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iPod Touch 16GB

Teardown: iPod Touch 16GB

Apple has slipped out a lower-cost version of its media player.

Up until the last couple of weeks, Apple has been quiet. The seven months between its last product announcement and June's debuts for iOS7 and iRadio is its longest gap between launches in some time.

The only thing that broke the silence – notwithstanding some separate rows about tax and online privacy – was a 16GB shrink for the fifth generation of the iPod Touch, slipped on to the Apple website relatively unannounced in late May.

Cost-down focused design additions out of Apple are relatively rare (as opposed to the ongoing 'revs' of existing products). Still, it is more typical for the company to add a separate product line (such as the iPod Shuffle) or to discount earlier generation models on introducing a new one (such as the iPhone).

Cost-cutting features for the consumer

This 16GB Touch joins existing 32GB and 64GB models. Apart from the lower memory capacity, the most immediate feature change is that the newcomer has no rear-mounted camera. The 5MP iSight has gone and there is now just a front-mounted 1.2MP FaceTime camera with 720p maximum resolution.

There's been something of a debate here to the extent that while users expect pretty good camera functionality from an iPhone, they do not expect the same of a Touch, seeing it more as a straightforward media player. This design decision shows Apple trending towards the same view, even if only for now at the entry level.

Otherwise, many of the features in the Touch are consistent. The device retains a 4in retina display with fused LCD and glass, and the main silicon components surrounding Apple's ARM-based dual core A5 chip have been carried over.

US pricing for the 16GB Touch is $229 (£147), against $299 and $399 for the 32GB and 64GB versions respectively. Apple is still pretty confident of the very high margins it can secure against progressive upgrades in comparatively commoditised memory.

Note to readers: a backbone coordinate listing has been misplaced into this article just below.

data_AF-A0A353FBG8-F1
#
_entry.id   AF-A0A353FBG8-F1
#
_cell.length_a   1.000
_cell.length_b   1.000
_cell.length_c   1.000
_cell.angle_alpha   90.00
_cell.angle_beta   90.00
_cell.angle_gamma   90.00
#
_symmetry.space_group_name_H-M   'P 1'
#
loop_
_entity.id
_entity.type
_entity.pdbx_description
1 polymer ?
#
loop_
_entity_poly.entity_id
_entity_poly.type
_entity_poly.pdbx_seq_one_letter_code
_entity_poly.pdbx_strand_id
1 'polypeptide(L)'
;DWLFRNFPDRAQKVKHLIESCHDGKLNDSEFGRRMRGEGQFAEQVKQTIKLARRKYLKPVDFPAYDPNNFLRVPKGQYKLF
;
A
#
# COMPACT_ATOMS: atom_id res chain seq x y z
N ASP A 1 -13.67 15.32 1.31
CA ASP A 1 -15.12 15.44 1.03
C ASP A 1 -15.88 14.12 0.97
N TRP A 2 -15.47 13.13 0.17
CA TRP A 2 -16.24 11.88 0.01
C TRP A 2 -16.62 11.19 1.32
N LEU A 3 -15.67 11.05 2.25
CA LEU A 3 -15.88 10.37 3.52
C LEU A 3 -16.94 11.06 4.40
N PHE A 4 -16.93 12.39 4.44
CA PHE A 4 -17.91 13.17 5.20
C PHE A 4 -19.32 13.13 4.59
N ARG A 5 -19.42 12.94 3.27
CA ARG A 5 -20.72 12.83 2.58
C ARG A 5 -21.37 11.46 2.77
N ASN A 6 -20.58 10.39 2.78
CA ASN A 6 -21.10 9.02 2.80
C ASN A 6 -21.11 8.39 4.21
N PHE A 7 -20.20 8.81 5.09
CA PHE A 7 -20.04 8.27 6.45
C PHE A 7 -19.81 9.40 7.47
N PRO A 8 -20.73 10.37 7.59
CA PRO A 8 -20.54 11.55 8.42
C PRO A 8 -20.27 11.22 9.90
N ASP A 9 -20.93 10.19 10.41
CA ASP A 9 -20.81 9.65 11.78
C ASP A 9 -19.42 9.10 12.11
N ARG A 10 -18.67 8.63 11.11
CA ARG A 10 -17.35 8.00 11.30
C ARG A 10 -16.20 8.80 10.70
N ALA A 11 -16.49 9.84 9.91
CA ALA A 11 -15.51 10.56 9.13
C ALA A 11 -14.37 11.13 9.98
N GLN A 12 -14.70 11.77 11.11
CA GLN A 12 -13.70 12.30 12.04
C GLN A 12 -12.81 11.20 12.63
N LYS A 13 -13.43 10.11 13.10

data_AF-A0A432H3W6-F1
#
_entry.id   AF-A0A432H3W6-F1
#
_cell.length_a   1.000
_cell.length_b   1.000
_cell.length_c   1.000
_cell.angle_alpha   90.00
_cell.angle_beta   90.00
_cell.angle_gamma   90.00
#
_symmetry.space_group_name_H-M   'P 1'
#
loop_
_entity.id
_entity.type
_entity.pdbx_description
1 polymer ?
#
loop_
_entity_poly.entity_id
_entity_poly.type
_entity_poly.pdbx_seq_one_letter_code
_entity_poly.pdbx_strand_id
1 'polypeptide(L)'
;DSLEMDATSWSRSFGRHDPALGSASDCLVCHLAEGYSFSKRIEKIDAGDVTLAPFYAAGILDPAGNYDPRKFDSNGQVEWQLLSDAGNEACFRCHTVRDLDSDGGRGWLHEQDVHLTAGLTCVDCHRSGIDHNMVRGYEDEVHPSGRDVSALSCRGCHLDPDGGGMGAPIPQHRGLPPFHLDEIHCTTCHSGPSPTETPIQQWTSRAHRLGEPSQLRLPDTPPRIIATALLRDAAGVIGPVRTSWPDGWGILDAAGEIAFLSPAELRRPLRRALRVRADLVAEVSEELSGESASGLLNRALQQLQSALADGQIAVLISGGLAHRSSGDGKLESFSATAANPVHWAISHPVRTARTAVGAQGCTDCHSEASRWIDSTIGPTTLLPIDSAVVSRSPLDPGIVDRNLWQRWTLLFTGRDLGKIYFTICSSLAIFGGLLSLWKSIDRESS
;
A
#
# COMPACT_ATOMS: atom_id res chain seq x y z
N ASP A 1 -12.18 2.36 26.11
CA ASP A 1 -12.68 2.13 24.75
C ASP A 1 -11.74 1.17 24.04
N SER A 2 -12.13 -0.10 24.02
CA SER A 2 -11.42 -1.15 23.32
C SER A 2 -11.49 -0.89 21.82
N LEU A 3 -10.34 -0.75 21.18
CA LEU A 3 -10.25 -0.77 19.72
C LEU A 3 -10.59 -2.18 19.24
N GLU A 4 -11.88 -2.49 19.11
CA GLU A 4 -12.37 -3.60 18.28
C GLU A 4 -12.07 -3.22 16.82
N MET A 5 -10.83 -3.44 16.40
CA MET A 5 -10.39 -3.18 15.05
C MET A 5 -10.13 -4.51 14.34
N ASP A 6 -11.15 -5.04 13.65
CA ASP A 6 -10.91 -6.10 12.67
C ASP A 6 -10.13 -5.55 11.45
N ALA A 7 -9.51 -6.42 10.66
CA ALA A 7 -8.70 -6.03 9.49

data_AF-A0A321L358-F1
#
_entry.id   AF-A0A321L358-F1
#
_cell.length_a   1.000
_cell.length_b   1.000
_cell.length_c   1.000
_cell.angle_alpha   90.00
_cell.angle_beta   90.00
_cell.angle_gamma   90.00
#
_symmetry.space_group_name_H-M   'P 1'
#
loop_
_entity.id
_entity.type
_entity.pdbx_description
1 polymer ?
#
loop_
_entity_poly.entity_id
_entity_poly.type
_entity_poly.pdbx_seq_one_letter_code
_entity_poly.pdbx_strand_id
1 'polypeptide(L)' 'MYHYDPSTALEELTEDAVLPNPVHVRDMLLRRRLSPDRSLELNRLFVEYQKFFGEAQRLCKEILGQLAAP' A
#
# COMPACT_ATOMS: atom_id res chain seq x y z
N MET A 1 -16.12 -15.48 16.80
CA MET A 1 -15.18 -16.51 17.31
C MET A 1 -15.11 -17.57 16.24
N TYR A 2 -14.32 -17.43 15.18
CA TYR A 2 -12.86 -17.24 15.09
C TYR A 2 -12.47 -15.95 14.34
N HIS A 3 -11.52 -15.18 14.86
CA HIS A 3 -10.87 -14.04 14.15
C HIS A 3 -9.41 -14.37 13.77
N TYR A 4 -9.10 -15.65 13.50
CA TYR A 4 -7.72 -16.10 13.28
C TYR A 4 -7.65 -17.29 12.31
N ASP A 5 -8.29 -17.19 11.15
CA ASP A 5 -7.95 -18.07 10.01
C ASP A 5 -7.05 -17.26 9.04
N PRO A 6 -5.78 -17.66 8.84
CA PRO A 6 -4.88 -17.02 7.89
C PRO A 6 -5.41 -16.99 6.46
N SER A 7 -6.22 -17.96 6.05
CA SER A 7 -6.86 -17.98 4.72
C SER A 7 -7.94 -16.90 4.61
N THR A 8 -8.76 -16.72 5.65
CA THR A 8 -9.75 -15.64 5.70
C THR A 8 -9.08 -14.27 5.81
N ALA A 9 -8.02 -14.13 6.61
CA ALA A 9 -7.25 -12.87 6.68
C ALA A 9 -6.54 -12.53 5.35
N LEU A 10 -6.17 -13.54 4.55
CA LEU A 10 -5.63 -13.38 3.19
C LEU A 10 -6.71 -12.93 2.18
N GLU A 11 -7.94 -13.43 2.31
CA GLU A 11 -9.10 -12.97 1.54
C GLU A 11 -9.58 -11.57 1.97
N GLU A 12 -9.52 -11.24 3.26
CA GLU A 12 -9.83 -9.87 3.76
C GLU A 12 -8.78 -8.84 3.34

Key suppliers include Toshiba'(NAND Flash), Murata (Wi-Fi module), Broadcom (touchscreen controller) and STMicroelectronics (gyro/accelerometer).

The battery carries over from the existing versions, giving a typical 40-hour life for music and an eight-hour life for video.

Subtle component changes

The iFixit teardown team subjected the new device to its scrutiny, and noticed a few wrinkles.

There is now simply a gap on the logic board where the bigger versions have the higher-resolution iSight camera. However, with a little more real estate to play with, the Apple design team has moved the microphone from the back of the iPod to the top, adjacent to the power button.

This incremental design has then seen Apple swap in a new ribbon cable for the power and volume buttons. That's a fairly typical kind of change where main components are being carried over.

Also, Apple has opted not to stamp out the plastic for a wrist/touch loop that features on other editions. This looks like a combination of cost control – but it's unlikely to be that much. Rather, it reflects how Apple will sometimes consciously constrain the features and functionality on cheaper models.

The review

The overall design is both slightly slimmer and about 0.06 ounces lighter than its predecessors.

One of the enduring takeaways from the iFixit teardown though is how Apple designs its products to be reassuringly difficult to repair.

As ever, you have to literally melt away the adhesive holding the front panel and rear case together (iFixit has its own proprietary tool available for the more daring). More adhesive is encountered elsewhere and there is a tendency to use clips rather than external screws, just to make things that bit more challenging.

"Many components are soldered together, requiring either a very difficult or very expensive repair if any one part breaks," iFixit notes. "Cables connected to the logic board run over the top and connect on the bottom, making it difficult to remove the board or disconnect the cables."

Consistent with most other Apple products they have analysed, iFixit gives the iPod Touch 16GB edition just three out of ten for repairability.

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